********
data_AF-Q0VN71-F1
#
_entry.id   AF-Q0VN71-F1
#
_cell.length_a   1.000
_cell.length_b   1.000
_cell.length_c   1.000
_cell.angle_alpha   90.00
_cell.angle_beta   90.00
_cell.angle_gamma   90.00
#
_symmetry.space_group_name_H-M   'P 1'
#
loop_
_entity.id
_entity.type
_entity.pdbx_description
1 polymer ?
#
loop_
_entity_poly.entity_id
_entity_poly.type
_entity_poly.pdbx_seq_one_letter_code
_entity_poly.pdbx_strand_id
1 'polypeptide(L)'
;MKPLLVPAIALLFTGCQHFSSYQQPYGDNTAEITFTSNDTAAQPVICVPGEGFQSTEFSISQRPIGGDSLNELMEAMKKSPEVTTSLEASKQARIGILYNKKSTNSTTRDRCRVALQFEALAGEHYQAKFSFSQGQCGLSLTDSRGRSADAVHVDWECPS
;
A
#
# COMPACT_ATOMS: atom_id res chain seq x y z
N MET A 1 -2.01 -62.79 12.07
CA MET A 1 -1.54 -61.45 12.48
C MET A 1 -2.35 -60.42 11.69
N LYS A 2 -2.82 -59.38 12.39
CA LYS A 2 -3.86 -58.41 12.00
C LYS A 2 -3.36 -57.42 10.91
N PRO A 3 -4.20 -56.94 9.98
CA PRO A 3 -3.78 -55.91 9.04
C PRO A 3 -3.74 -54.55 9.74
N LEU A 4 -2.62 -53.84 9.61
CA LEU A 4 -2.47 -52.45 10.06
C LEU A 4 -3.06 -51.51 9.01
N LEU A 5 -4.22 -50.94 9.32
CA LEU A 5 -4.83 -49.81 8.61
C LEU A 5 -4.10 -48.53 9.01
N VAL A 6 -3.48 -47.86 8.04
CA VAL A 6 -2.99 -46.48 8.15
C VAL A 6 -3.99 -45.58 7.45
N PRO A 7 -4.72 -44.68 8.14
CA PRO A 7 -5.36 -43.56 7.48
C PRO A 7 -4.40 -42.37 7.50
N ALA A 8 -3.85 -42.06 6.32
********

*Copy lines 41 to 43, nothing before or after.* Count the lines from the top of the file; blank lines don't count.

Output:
CA LEU A 4 -2.47 -52.45 10.06
C LEU A 4 -3.06 -51.51 9.01
N LEU A 5 -4.22 -50.94 9.32